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Senior Spectrum Newspaper
December 2018
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Senior Spectrum Publications

Fair Does Not Always Mean Equal:
by Gerald M. Dorn, J.D., EPLS, AEP
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Avoiding Conflict in Inheritances

Gerald Dorn
Gerald Dorn

Let’s face it, even in the closest knit families, money and assets can still create problems. For example, resentment can show up when one sibling has seen greater financial and career success than his or her siblings. Sometimes, clients try to “balance” this inequity in their estate plan, which can cause further friction in the future.

What do you do when you’re estranged from one of your children? How do you balance your distributions when one of your children has five children of their own, whereas another of your children has chosen not to have any children at all? Are you obligated to leave an additional cash gift to your son to match the money that you gave your daughter as part of the down payment for her home?

Clearly, “fair” does not always mean “equal.”

If you have decided to leave unequal inheritances for any reason, there are things you can do to prevent hurt feelings, anger, any legal challenges after you’ve passed. The best way to avoid future problems is to discuss your plan, and your reasons, while you’re alive.

If you do choose to memorialize your reasons, it’s important to be honest, but also recognize that your letter may be shared during a time that your loved ones are still grieving. While it sounds simple, many of the more successful efforts include more than a simple explanation; instead, they include a more heartfelt justification.

For instance, you could say, quite simply, “Your father and I paid for your college education, so we wanted to set aside the same amount of cash for your brother when he decides to buy a home.” While this is an honest justification for leaving an unequal inheritance, a more detailed explanation could clarify, “Your father and I were so proud of you as we watched you receive your college degree. It was one of our proudest moments and we knew it was one of your proudest accomplishments. Because of that, we wanted to be sure your younger brother would have an opportunity to experience the same level of pride in a different accomplishment. While he opted not to attend college, he chose to start a family. As a result, he has not had the opportunity to purchase his first home and has dreamed of providing a better place for his family. We know you will understand the immense pride that comes with being a homeowner and because of that, we know you will also understand why we wanted to play a role in that by making sure he has the funds for a down payment.”

Often, these heartfelt explanations can remind adult children of what really matters in life.

If, however, you do want to provide a more balanced inheritance, it can still be helpful to explain the reasons for choosing to treat everyone equally. Many times, parents will have one child that needs or expects more financial support, but those same parents don’t want to punish the other successful children by diminishing their inheritance. An explanation might make clear that the individual circumstances of each child was not a deciding factor in ensuring that each child enjoyed an equal share of the family wealth.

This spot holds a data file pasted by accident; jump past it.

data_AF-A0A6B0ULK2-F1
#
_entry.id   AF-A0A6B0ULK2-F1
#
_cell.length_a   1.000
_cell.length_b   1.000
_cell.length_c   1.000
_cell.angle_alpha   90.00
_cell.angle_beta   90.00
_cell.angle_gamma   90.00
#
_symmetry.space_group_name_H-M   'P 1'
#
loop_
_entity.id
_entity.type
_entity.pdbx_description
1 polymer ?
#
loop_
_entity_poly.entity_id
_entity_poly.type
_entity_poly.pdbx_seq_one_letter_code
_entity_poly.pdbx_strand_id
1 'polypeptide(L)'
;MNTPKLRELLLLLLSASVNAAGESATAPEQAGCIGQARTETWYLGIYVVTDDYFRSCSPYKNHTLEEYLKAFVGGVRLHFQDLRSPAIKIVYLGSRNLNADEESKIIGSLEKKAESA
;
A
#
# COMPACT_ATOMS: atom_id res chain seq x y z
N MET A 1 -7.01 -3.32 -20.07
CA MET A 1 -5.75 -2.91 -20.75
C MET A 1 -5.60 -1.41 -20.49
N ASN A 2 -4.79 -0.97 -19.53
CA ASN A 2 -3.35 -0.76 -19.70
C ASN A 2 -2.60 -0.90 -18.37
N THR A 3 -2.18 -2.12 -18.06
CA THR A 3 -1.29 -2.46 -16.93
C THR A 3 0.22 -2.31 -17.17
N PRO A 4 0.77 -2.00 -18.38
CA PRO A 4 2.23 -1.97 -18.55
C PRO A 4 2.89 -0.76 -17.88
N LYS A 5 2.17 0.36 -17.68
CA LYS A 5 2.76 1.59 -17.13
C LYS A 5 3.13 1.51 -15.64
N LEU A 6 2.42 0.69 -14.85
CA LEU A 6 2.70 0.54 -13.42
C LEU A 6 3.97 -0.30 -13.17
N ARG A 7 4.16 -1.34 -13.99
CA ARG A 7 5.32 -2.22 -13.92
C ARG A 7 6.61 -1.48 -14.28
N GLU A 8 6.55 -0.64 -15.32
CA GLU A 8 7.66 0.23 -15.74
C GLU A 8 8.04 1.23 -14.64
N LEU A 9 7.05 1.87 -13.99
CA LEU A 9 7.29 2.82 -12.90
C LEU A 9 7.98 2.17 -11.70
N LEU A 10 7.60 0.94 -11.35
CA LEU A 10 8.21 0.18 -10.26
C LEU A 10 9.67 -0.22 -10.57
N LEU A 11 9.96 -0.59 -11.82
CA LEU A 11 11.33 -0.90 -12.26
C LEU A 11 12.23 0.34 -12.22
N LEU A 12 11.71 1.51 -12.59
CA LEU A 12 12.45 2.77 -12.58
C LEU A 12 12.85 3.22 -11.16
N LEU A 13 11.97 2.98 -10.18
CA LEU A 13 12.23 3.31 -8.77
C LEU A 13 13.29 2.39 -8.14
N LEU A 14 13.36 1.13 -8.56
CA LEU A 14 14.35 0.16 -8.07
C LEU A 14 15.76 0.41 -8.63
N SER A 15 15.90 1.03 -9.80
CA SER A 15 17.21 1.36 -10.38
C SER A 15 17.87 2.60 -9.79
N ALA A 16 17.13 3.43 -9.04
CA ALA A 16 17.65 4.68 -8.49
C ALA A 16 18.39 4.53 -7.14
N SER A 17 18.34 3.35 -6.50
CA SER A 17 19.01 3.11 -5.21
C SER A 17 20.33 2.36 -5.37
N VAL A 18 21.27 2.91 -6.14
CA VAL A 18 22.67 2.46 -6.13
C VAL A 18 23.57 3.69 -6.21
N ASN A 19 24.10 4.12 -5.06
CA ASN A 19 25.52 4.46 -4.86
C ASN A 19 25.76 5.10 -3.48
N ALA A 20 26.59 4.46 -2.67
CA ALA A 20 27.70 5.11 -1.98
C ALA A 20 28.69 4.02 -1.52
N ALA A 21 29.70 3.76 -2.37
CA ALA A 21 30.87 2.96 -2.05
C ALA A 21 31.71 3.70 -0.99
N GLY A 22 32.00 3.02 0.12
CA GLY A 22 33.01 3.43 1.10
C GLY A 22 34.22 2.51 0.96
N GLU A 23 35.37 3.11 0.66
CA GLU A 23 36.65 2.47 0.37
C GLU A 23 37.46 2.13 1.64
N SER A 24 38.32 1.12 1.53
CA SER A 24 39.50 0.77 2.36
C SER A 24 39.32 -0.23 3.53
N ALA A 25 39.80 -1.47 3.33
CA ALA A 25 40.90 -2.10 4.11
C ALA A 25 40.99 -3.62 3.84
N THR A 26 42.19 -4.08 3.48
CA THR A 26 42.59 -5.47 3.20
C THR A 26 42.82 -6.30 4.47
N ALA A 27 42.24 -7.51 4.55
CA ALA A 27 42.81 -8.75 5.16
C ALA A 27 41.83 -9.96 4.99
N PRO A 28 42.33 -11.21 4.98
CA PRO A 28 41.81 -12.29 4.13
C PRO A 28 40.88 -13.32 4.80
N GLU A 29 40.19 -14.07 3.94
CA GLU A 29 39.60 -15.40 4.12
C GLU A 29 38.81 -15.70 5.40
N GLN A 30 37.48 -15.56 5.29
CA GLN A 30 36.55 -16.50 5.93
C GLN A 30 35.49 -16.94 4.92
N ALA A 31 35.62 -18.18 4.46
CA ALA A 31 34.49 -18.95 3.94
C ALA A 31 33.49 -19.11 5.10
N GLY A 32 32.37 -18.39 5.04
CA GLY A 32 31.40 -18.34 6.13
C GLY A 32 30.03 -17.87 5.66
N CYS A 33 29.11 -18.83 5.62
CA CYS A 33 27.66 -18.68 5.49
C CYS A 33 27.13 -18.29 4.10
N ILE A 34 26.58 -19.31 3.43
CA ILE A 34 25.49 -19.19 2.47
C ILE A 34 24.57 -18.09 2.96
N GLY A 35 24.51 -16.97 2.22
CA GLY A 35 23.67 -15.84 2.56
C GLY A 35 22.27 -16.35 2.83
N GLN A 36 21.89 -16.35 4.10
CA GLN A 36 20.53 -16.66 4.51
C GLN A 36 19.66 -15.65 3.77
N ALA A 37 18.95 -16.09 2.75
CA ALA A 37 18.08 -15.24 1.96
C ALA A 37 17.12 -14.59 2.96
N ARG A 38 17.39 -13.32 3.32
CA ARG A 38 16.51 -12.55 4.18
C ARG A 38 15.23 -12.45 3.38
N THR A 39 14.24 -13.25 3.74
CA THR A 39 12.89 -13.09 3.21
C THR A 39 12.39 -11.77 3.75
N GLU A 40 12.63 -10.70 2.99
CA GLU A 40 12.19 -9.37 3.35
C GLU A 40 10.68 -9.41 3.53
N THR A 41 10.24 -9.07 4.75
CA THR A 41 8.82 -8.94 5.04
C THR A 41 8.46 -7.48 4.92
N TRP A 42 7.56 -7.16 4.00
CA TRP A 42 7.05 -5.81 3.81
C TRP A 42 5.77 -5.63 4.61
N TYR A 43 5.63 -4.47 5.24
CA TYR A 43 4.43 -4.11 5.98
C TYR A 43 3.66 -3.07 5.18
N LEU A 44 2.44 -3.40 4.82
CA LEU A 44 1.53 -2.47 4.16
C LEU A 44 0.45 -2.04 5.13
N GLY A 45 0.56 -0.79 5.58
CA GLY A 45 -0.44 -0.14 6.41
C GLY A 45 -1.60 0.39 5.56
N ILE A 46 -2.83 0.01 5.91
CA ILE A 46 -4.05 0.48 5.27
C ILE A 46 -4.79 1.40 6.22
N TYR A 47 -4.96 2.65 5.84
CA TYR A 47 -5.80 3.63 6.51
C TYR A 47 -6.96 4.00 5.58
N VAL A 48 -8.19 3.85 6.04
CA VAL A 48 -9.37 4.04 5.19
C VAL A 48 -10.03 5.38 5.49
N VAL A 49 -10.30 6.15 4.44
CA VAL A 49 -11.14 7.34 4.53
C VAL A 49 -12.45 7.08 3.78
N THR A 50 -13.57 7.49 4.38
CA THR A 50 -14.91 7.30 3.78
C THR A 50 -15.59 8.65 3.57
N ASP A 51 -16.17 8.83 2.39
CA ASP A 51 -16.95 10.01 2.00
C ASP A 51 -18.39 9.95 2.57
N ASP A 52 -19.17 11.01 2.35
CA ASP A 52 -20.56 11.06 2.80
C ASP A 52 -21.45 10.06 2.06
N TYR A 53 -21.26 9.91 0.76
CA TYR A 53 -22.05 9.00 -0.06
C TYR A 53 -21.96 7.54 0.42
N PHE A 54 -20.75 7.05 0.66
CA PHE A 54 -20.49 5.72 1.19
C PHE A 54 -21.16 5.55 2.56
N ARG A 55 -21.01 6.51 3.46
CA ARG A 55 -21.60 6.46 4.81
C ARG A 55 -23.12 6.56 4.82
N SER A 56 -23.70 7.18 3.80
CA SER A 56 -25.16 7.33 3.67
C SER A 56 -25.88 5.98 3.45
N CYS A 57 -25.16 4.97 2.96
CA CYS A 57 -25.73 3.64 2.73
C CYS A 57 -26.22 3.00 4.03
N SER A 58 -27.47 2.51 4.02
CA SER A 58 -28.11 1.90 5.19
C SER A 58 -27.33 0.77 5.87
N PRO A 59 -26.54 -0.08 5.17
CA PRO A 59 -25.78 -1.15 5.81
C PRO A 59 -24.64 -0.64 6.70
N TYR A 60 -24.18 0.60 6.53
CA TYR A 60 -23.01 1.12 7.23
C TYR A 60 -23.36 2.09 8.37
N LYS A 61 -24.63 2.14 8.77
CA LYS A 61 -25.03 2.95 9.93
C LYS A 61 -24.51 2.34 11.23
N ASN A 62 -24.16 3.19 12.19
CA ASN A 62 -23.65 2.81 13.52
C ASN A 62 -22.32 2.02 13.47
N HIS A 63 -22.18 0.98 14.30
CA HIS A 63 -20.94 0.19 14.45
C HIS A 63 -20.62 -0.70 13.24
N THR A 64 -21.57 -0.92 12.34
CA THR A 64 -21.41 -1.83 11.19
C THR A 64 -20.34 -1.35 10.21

Ultimately, the decisions are yours. Because each family is different, only you can make the choice as to what works best for your family. Either way, your estate planning attorney can provide guidance to meet your goals and wishes for your children after you are gone.

Another very important decision in avoiding family arguments is appointing the right person to be responsible for handling your estate’s affairs after your death. Naming your children as equal Co-trustee or Co-Personal Representatives might exacerbate the family fight. Sometimes, it is more problematic to have “too many cooks in the kitchen” when it comes to making decisions in administering your estate. However, in some other families, choosing one child as the sole Trustee or Executor might lead to more resentment that the parents “trusted” or “liked” one child better than the others. There is no clear answer, and every family will want to consider this appointment very carefully.

Having open discussions with your family about who will be responsible for handing these administrative matters will help everyone understand the process. Many times, nowadays, we find parents would rather leave their children out of these difficult decisions altogether to avoid bitterness. You may appoint an independent fiduciary to handle the estate administration in a professional and efficient manner. You should work with your estate planning attorney to discuss the pros and cons of your options to avoid problems arising after your death.

Lastly, if you anticipate a challenge to your estate plan, your estate planning attorney can discuss including a “no contest” clause as a way of decreasing litigation risk to your plan!

Luke Welmerink practices primarily in the areas of estate, tax, and asset protection planning. Prior to joining the firm, Mr. Welmerink gained valuable experience working in finance, accounting, and tax planning matters.

The law firm of Anderson, Dorn & Rader, Ltd. is devoted exclusively to estate planning and estate and trust administration. For more information or to attend an upcoming seminar, contact us at (775) 823-WILL (9455) or visit us online at www.wealthcounselors.com.